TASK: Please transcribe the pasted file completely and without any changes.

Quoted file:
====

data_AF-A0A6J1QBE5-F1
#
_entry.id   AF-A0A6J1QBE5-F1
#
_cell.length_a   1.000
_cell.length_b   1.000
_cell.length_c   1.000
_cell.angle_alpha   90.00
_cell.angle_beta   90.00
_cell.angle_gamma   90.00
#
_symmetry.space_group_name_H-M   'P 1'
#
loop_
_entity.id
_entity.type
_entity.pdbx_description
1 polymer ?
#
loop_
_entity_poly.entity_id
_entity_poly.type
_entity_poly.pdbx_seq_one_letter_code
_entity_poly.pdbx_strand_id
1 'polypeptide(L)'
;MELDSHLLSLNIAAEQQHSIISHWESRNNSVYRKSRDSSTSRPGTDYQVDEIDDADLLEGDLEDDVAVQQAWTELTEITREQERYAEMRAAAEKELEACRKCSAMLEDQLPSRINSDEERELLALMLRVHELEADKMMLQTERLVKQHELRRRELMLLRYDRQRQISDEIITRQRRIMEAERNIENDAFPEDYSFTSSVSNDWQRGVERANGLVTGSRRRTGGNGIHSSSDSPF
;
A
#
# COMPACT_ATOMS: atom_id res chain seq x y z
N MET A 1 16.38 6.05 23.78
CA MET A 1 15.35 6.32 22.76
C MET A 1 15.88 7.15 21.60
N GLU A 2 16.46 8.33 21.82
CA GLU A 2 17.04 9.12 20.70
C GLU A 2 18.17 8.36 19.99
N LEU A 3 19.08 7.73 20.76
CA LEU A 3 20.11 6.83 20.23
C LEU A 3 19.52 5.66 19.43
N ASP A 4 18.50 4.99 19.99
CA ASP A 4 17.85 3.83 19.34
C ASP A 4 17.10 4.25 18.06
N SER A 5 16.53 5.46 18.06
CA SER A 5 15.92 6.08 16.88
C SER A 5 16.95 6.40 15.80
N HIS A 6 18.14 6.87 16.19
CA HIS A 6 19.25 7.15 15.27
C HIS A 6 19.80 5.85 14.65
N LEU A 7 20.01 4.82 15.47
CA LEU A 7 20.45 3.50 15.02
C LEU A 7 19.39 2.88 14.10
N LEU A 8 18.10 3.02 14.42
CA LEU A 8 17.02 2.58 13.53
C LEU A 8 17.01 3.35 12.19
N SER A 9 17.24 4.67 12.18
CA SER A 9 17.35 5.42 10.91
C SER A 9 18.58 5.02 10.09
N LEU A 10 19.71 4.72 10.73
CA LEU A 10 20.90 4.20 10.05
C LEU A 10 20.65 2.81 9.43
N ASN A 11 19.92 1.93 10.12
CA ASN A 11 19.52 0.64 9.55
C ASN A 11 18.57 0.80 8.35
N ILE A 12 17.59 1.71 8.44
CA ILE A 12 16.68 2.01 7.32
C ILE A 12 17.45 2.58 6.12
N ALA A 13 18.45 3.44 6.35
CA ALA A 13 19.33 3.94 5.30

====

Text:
data_AF-A0A6J1QBE5-F1
#
_entry.id   AF-A0A6J1QBE5-F1
#
_cell.length_a   1.000
_cell.length_b   1.000
_cell.length_c   1.000
_cell.angle_alpha   90.00
_cell.angle_beta   90.00
_cell.angle_gamma   90.00
#
_symmetry.space_group_name_H-M   'P 1'
#
loop_
_entity.id
_entity.type
_entity.pdbx_description
1 polymer ?
#
loop_
_entity_poly.entity_id
_entity_poly.type
_entity_poly.pdbx_seq_one_letter_code
_entity_poly.pdbx_strand_id
1 'polypeptide(L)'
;MELDSHLLSLNIAAEQQHSIISHWESRNNSVYRKSRDSSTSRPGTDYQVDEIDDADLLEGDLEDDVAVQQAWTELTEITREQERYAEMRAAAEKELEACRKCSAMLEDQLPSRINSDEERELLALMLRVHELEADKMMLQTERLVKQHELRRRELMLLRYDRQRQISDEIITRQRRIMEAERNIENDAFPEDYSFTSSVSNDWQRGVERANGLVTGSRRRTGGNGIHSSSDSPF
;
A
#
# COMPACT_ATOMS: atom_id res chain seq x y z
N MET A 1 16.38 6.05 23.78
CA MET A 1 15.35 6.32 22.76
C MET A 1 15.88 7.15 21.60
N GLU A 2 16.46 8.33 21.82
CA GLU A 2 17.04 9.12 20.70
C GLU A 2 18.17 8.36 19.99
N LEU A 3 19.08 7.73 20.76
CA LEU A 3 20.11 6.83 20.23
C LEU A 3 19.52 5.66 19.43
N ASP A 4 18.50 4.99 19.99
CA ASP A 4 17.85 3.83 19.34
C ASP A 4 17.10 4.25 18.06
N SER A 5 16.53 5.46 18.06
CA SER A 5 15.92 6.08 16.88
C SER A 5 16.95 6.40 15.80
N HIS A 6 18.14 6.87 16.19
CA HIS A 6 19.25 7.15 15.27
C HIS A 6 19.80 5.85 14.65
N LEU A 7 20.01 4.82 15.47
CA LEU A 7 20.45 3.50 15.02
C LEU A 7 19.39 2.88 14.10
N LEU A 8 18.10 3.02 14.42
CA LEU A 8 17.02 2.58 13.53
C LEU A 8 17.01 3.35 12.19
N SER A 9 17.24 4.67 12.18
CA SER A 9 17.35 5.42 10.91
C SER A 9 18.58 5.02 10.09
N LEU A 10 19.71 4.72 10.73
CA LEU A 10 20.90 4.20 10.05
C LEU A 10 20.65 2.81 9.43
N ASN A 11 19.92 1.93 10.12
CA ASN A 11 19.52 0.64 9.55
C ASN A 11 18.57 0.80 8.35
N ILE A 12 17.59 1.71 8.44
CA ILE A 12 16.68 2.01 7.32
C ILE A 12 17.45 2.58 6.12
N ALA A 13 18.45 3.44 6.35
CA ALA A 13 19.33 3.94 5.30